Which language to use for invoice?
Thread poster: Sheila Wilson

Sheila Wilson  Identity Verified
Spain
Local time: 21:56
Member (2007)
English
+ ...
Feb 13, 2008

Hello there,

I'm English but living in France - so far (as a relative newcomer to translating) all my invoices have been made out to French people, as have all my teaching invoices over the last 11 years, so they are labelled 'facture', and all the text is in French, including the statutory declaration about not adding VAT to the bill.

I'm currently doing a translation for an agency in Sweden. It's just a one-page CV, no purchase order etc just an exchange of emails in English. Now I need to prepare the invoice and it occurs to me that I don't actually know how to.

Obviously the text concerning the actual job (words translated etc) could be in either language, but should I change things like TVA to VAT; facture to invoice; février to February etc - and, above all, do I translate the tax declaration that the authorities told me to use?

It seems to me that the tax people here in France could be upset if I don't do what they say, but can I expect someone to pay a bill if half of it is in a language they don't understand? Being an agency, I'm sure there's no real problem either way, but my next job could (for example) be a Moldavian direct client who hasn't a word of French.

I'd really appreciate the advice of more experienced, more international translators.
Thanks for your help.
Sheila


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Lesley Clarke  Identity Verified
Mexico
Local time: 15:56
Spanish to English
A suggestion Feb 13, 2008

Could you not make it bilingual as they do with forms in countries with more than one official language?

For example:
Nomme
Name


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Margreet Logmans  Identity Verified
Netherlands
Local time: 22:56
English to Dutch
+ ...
English Feb 13, 2008

I'm not saying I'm very experienced myself, but here's what I do.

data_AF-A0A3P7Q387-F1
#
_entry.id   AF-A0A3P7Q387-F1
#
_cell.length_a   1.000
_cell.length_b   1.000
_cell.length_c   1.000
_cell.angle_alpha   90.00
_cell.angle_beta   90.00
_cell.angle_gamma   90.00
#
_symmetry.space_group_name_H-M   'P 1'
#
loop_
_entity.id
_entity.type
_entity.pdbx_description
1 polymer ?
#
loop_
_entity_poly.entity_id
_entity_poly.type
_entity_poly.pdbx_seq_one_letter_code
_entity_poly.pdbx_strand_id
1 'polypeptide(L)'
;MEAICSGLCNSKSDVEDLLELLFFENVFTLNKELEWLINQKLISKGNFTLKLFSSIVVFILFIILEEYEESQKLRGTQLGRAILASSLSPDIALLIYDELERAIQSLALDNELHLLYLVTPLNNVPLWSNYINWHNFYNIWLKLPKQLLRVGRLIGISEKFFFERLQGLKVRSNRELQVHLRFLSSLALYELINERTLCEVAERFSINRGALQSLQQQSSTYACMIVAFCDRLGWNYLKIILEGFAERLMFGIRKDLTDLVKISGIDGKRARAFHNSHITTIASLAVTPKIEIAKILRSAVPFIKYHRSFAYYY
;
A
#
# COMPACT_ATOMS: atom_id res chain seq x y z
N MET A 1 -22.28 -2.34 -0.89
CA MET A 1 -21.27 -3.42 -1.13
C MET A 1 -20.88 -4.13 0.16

I send out an invoice in Dutch to clients I communicate with in Dutch. All others get an invoice in English. Completely in English, not a word in Dutch, except for my logo and address etc.

I'm not sure what you mean by the tax declaration you have to use, but I'm assuming it is a certain amount of text you have to print on your invoice? My advice would be to translate it, and create a textbox with both the French text and the translation into English. Side by side, or one above the other. Then simply use that text box on all your invoices. Are you sure you have to do this for clients outside of France as well? VAT is not applicable anyway, is it?

O, and yes, I do translate the dates and everything else, and I even change the format. In Dutch, I write '13 februari 2008', in English I write 'February 13, 2008'.
So far, all my invoices have been paid... So I guess this system works!


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Madeleine MacRae Klintebo  Identity Verified
United Kingdom
Local time: 21:56
Swedish to English
+ ...
Definitely bilingual Feb 13, 2008

Lesley Clarke wrote:

Could you not make it bilingual as they do with forms in countries with more than one official language?



If you want both the tax authority in France and the client in Sweden to understand your invoice this is the only answer.

Although English is not an "official language" in Sweden, it is widely understood and used (it's actually considered our 2nd language). French on the other hand, is "only" one of the standard options students have for language 3 or 4.

Were I to receive an invoice in French (whether residing in Sweden or the UK), I would most likely return it with a request for a translation (I would never pay an invoice I could not fully understand and my 2 years of struggling with French would not be enough for understanding accounting terms).

English is THE international langauge (sorry Academie Francais), just as French was some 300 years ago.

A bilingual invoice appears to be the best/only thing you have without upsetting someone (or not getting understood). In an ideal world, your invoice should of course be trilingual

[Edited at 2008-02-13 20:29]


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Erik Freitag  Identity Verified
Germany
Local time: 22:56
Member (2006)
Dutch to German
+ ...
That's what I do, too Feb 13, 2008

Margreet Logmans wrote:

I send out an invoice in Dutch to clients I communicate with in Dutch. All others get an invoice in English. Completely in English, not a word in Dutch, except for my logo and address etc.




Replace "Dutch" with "German" and you have exactly what I do. Works fine so far...


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Astrid Elke Witte  Identity Verified
Germany
Local time: 22:56
Member (2002)
German to English
+ ...
I make sure my clients can read the invoice Feb 13, 2008

It is of particular concern to me to make quite sure that I at least translate the bit "Payment due by" into their own language, and also write the date following it according to the convention in their country. They then have no excuse to pay late.